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Senegal: Jokkolabs hosts the first Mobile Monday Dakar

Last Monday, Jokkolabs hosted in Dakar the first Mobile Monday event ever held in francophone West Africa. The event which was attended by developers, mobile operators and key players in the local ICT sector focused on mobile payments. Isabelle Gross who attended the event, also spoke to Karim Sy, founder and chief catalyst at Jokkolabs about this new structure and what it tries to achieve in Senegal.

Q: What is the origin of Jokkolabs?

A: It is a project that we have been thinking about for a couple of years. The idea is to find an innovative approach that will enable us to create technological and social innovations to help solve the twenty first century problems and those in Africa in particular.

Q: What is Jokkolabs?

A: Jokkolabs is an action tank. It is a the borderline between a co-working space, a space where the different communities of the digital economy, the arts and the new media can meet but also a kind of incubator and a think tank. It is a community that shares common values and wants to create a more positive world. One of the values that we push for is entrepreneurship for its dynamism and the energy that it generates to further build capacity to create competitiveness and wealth. We want to build a responsible entrepreneurship. Our definition of social entrepreneurship goes beyond profit and also thinks about its impact on the community in a wider sense.

Q: What do you offer today at Jokkolabs?

A: The main aim is to create an integrated community. There are developers but we also have other profiles. Innovation comes when you mix different people together because they don’t have the same approach and this opens up new ways of thinking. We are here to help catalyzing and strengthening the various communities. We have four different categories of communities that come at Jokkolabs. We offer them an open space and they can come in according to their needs. It is a nice and practical space with all the facilities that you can find in a modern office. We also organise events and create dynamics with other communities like Wiser Hear, Mobile Monday or the Mozilla foundation.

Q: How many people are coming to Jokkolabs on a regular basis?

A: Jokkolabs has officially been launched on October 10th 2010. Today we have around 30 persons  which come to Jokkolabs. We also have what we call the “allies”. We have about 50 members that support us through donations or by giving their time and expertise to provide training to the Jokko workers. We also have between 200 and 300 people that follow us on Facebook, Twitter, etc and we are currently developing a platform to regroup these supporters.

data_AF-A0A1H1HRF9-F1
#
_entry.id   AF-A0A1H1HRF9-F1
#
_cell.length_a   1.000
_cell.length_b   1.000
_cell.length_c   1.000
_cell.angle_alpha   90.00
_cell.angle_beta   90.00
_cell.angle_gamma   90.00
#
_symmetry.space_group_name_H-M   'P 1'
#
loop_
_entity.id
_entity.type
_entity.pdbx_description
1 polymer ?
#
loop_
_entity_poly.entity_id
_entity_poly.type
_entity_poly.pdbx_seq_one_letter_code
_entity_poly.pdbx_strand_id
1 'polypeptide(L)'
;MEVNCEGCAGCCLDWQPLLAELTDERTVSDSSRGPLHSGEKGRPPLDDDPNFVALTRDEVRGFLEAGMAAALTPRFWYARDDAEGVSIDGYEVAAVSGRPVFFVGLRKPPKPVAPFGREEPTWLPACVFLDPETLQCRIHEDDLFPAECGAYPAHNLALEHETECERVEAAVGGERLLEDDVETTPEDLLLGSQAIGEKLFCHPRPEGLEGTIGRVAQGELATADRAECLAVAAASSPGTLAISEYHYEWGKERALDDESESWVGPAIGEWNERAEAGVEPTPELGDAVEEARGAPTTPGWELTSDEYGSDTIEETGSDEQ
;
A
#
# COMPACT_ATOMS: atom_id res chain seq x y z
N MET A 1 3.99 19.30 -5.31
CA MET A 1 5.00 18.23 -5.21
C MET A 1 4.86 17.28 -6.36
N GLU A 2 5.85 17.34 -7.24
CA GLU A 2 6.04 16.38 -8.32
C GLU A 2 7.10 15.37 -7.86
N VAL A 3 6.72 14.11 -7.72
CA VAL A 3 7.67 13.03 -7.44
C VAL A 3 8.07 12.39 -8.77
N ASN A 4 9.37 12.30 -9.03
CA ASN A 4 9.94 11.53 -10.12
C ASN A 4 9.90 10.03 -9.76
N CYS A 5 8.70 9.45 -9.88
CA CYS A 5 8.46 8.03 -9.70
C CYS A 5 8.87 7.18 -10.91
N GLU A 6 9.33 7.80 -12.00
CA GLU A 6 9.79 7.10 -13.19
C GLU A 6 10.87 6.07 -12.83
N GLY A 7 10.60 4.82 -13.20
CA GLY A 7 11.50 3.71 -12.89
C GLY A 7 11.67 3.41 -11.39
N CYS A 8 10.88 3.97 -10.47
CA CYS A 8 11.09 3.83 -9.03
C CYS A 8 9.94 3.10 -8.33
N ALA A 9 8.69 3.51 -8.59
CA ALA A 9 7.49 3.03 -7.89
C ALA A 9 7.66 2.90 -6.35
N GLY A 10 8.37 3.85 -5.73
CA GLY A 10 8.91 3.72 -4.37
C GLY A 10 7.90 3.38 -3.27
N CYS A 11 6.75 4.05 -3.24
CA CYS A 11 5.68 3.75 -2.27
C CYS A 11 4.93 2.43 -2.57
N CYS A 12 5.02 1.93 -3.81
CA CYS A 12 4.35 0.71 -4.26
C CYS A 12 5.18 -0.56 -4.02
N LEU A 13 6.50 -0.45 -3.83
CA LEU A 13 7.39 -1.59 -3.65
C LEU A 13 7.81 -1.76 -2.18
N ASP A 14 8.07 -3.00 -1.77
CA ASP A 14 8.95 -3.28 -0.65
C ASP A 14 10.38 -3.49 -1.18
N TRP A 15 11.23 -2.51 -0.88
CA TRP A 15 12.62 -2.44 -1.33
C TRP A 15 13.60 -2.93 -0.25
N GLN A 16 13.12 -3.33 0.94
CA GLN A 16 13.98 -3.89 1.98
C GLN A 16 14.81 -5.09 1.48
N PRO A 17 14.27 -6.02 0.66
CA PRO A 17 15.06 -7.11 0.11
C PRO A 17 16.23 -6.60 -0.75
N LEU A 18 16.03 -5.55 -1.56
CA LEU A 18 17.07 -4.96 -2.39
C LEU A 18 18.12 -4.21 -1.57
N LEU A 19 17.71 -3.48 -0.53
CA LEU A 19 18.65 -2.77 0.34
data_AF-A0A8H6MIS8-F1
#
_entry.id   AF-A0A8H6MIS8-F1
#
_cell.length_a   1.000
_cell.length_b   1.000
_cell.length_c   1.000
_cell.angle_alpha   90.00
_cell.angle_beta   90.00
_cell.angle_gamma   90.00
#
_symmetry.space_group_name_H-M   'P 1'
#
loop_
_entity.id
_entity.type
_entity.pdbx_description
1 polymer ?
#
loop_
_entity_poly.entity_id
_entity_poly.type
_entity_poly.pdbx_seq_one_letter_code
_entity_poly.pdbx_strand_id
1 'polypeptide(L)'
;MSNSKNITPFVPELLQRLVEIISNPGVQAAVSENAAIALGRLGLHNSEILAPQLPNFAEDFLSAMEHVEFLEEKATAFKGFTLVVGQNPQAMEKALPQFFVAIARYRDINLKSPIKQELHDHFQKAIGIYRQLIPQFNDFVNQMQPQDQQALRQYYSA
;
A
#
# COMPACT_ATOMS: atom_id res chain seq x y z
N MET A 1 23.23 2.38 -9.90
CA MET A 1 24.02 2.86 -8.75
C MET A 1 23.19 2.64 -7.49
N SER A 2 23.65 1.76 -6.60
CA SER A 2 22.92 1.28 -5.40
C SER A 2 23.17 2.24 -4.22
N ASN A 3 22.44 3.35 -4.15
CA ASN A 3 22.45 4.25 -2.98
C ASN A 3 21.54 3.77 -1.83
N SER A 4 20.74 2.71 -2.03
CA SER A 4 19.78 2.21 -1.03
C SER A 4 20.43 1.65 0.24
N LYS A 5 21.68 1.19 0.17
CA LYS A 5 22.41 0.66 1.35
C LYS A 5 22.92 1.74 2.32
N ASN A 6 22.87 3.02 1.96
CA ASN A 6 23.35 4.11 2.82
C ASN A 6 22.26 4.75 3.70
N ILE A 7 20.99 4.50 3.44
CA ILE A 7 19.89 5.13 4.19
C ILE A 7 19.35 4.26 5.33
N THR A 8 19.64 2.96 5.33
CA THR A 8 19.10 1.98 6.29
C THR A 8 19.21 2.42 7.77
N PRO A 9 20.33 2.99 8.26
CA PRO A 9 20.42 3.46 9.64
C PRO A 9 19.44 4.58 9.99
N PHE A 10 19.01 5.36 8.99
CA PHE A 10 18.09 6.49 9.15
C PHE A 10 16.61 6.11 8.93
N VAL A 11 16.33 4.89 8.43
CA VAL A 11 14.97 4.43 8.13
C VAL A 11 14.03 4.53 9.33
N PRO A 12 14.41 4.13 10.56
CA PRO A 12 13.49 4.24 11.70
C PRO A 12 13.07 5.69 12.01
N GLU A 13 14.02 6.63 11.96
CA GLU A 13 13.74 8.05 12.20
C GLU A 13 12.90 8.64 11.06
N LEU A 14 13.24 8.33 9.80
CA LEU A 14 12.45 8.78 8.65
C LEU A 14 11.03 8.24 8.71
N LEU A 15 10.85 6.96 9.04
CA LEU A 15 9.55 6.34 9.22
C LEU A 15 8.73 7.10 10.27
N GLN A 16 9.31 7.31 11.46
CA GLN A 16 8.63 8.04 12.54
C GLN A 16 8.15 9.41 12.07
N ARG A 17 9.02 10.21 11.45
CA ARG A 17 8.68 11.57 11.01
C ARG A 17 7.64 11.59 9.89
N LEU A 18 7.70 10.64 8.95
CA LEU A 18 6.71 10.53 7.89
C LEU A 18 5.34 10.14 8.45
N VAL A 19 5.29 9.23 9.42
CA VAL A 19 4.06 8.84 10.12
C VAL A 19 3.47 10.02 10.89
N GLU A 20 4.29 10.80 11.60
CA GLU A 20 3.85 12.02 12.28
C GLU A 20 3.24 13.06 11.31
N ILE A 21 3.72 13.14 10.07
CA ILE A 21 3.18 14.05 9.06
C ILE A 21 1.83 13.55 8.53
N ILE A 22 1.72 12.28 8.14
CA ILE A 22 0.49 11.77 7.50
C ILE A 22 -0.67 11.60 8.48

Q: What are Jokkolabs objective in the mid-term?

We hope to strengthen the ICT small and medium businesses. In fact we are interested in the development of alliances between small businesses to stimulate innovation and open them to the international market. We have just signed an agreement with Viadeo in order to reinforce the corporate side of their platform dedicated to set up alliances between small and medium businesses at the global level. This could for example be a freelance or a small business based in France, Senegal or any other country in the world that would work together on specific projects.

Initiated by Jokkolabs, the first Mobile Monday (MoMo) Dakar has gathered around 30/40 people last Monday evening. This first MoMo session was dedicated to mobile payments in Senegal with a presentation from Laurent Kiba, head of the mobile payment department at Orange Senegal. Like many mobile operators in Africa, Orange has moved into mobile transfers and payments service as the operator looks at new sources of revenue. Orange Money was launched in Senegal in May 2010 and currently offers mobile transfers, bill payments and calling credits top-ups. A year after its launch, 1.5 million transactions have been made via Orange Money and the service has 475,000 users which represents about 7/8% of Orange Senegal’s total mobile subscriber base. The mobile operator’s aim is to reach 3 million users by 2015. This should not be too difficult since Orange Senegal is the dominant operator with a 61% market share of the nearly 9 million Senegalese mobile users as of the end of March 2011. Further the Orange Money service has little competition so far. The two other mobile operators, Tigo and Expresso, don’t offer mobile payment services yet. Interestingly, Orange Money service is only challenged by a bank that has launched a similar service. In June last year, the bank Société Générale launched a “mobile operator agnostic” mobile payment service labeled Yoban’tel, which means “send by phone” in the local Wolof language. Although mobile money services are still something new in Senegal and so far only two companies (a mobile operator and a bank) offer the service, the question of inter-operability between the two systems has already been raised as a potential issue from the customer’s perspective. For developers, mobile transactional services illustrate well the potential for mobile services and content. This is only the beginning and more needs to be done to build a “service and content rich” mobile environment in Senegal and elsewhere in Africa.

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